Osama Bin Laden – In the Light of the Shadow
“Unfortunately there can be no doubt that man is, on the whole, less good than he imagines himself or wants to be. Everyone carries a shadow, and the less it is embodied in the individual’s conscious life, the blacker and denser it is. If an inferiority is conscious, one always has a chance to correct it. Furthermore, it is constantly in contact with other interests, so that it is continually subjected to modifications. But if it is repressed and isolated from consciousness, it never gets corrected.” ~Jung
So, he’s dead. After a near-decade of terror-on-the-run, Osama Bin Laden is dead. I remember watching the second tower when it was struck. I remember watching the ego and hopes of a nation reduced to rubble in seconds. We will never forget it; we can never forget it. I also remember feeling distinctly attuned to Doing The Right Thing, in how we responded–that our reactions honor those who died in the cultural shadow that is the Twin Towers. I remember not wanting the days of war that spawned shortly after, or how those days have now turned into years.
I don’t celebrate death–anyone’s–not even that of a sociopathic criminal intent on the subjugation of anyone who didn’t support his ideologies. Yet I clearly feel no guilt over the loss of him, and no grief for the loved ones who survive him. I don’t even feel guilty for that lack, and this perhaps, should bother me most. Only in that uncomfortable realization do I find compassion and remember that I am as human as he, even if I struggle to believe that.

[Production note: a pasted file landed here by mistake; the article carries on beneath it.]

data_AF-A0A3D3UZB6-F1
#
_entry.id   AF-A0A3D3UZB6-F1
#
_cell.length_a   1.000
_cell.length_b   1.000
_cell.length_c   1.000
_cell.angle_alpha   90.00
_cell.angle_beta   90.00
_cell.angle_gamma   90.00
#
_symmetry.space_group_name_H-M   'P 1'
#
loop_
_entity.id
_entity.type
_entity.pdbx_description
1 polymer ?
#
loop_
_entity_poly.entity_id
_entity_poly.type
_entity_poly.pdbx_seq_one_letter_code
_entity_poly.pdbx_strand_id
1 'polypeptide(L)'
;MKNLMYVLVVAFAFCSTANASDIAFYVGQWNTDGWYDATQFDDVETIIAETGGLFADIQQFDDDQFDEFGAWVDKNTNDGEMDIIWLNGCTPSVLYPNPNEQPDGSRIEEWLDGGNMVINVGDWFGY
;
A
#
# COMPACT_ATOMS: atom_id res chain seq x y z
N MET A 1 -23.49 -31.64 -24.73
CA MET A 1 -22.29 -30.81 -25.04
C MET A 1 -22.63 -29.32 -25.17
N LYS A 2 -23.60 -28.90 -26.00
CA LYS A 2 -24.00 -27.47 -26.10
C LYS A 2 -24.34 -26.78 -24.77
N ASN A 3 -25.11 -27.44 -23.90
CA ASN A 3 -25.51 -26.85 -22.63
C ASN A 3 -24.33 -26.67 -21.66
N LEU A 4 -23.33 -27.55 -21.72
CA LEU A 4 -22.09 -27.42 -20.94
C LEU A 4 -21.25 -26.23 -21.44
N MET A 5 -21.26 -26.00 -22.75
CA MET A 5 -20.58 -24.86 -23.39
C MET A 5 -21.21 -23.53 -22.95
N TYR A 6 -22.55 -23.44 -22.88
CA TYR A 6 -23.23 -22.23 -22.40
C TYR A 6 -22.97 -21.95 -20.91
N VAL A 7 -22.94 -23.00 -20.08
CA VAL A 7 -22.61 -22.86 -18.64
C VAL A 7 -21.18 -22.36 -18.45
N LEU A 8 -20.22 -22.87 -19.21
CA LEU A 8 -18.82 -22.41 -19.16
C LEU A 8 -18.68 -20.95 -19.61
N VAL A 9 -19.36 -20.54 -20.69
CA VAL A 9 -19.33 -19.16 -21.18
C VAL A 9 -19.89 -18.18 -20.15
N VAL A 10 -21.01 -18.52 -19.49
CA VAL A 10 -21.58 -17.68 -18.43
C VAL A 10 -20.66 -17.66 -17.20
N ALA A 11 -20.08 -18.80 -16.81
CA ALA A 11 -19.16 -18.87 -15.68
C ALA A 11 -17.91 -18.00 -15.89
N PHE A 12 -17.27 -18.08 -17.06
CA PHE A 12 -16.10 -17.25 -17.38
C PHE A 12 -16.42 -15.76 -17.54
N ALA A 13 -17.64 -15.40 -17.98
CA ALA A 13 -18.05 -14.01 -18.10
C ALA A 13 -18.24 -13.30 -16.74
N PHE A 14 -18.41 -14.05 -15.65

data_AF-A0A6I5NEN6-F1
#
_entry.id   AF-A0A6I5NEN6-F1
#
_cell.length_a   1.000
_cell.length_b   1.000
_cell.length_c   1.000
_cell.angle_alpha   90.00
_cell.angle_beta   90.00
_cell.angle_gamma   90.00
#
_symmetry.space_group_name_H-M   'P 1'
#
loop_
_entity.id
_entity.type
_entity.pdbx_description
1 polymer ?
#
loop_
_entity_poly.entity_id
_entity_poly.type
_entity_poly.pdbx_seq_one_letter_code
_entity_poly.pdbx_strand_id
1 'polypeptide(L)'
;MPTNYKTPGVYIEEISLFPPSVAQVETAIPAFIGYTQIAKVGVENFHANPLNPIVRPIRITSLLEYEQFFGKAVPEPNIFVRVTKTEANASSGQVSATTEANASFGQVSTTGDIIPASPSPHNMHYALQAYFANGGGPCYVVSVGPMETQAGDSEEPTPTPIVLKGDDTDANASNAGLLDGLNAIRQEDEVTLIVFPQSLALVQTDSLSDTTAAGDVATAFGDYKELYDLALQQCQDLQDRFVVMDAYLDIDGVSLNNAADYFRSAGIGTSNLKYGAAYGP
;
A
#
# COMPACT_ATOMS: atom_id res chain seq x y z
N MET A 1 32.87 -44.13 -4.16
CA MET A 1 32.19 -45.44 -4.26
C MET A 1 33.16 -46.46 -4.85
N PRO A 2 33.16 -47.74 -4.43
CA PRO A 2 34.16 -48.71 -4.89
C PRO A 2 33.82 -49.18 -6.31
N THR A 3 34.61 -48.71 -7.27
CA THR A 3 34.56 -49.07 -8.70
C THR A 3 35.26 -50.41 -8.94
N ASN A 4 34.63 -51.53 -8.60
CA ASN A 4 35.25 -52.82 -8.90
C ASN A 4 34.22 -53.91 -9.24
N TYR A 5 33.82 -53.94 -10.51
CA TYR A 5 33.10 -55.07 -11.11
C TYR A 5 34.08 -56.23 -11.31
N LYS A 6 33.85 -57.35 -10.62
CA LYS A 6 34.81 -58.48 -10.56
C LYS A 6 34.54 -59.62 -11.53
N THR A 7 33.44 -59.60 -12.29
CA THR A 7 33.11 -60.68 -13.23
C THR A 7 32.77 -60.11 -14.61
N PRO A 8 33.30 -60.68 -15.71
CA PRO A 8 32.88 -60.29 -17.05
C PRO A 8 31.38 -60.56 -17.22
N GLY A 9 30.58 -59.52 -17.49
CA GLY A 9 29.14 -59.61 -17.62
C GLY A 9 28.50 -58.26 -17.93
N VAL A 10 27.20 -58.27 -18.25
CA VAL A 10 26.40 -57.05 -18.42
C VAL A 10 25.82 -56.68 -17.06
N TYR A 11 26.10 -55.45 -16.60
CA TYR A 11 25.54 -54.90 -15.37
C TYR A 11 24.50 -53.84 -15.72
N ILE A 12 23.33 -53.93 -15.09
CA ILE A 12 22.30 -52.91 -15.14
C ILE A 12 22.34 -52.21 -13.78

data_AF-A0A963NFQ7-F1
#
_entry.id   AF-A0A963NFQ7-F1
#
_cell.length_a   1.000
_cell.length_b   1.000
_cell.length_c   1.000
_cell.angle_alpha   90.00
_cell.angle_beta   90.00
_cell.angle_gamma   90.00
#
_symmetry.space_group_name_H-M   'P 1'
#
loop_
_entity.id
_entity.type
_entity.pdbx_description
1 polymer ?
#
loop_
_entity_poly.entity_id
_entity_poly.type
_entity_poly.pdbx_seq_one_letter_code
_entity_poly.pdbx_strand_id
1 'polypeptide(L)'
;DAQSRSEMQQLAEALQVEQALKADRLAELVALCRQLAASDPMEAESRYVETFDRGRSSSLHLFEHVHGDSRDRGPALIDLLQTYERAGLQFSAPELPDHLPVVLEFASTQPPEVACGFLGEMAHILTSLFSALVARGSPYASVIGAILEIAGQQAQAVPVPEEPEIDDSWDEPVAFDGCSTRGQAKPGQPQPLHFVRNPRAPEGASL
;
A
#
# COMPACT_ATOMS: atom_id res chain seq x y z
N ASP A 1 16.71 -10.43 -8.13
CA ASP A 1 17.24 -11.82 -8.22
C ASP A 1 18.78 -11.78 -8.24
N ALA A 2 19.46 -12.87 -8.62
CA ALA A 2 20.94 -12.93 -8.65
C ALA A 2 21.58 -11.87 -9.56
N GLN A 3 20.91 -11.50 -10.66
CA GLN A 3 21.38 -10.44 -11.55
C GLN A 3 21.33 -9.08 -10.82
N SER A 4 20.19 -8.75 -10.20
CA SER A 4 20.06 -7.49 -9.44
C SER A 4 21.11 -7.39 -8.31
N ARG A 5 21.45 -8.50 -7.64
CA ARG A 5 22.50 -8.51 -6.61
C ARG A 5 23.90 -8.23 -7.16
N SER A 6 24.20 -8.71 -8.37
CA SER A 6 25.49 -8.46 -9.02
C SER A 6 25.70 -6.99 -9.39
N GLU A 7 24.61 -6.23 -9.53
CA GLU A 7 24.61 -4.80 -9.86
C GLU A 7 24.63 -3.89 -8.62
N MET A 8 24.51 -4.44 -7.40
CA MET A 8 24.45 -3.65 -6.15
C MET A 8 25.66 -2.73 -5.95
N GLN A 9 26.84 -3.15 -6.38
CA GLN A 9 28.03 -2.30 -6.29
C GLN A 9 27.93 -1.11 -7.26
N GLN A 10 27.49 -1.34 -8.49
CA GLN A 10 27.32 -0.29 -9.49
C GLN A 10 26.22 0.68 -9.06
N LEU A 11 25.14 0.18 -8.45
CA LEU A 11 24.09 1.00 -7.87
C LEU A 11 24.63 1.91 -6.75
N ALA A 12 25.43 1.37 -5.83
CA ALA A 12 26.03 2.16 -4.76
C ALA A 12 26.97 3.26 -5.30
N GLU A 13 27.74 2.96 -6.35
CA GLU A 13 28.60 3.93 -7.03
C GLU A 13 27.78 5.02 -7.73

Amidst the many paths we take to reach spiritual enlightenment, the reality is we live here, in the formed realm. In the Earth plane there has to be regime change, and it’s not polite handshakes, changing of guards, or moving in of new furniture. It would be nice if we had that peaceful negotiation and promise of bliss, and if everyone got a long. The thing is, if taking this guy out puts us a step closer to having that, so be it.
It’s not so much that he’s dead. It’s that in the absence of his commanding fanaticism, a few more people will live.
 “Psychology and Religion” (1938). In CW 11: Psychology and Religion: West and East. P.131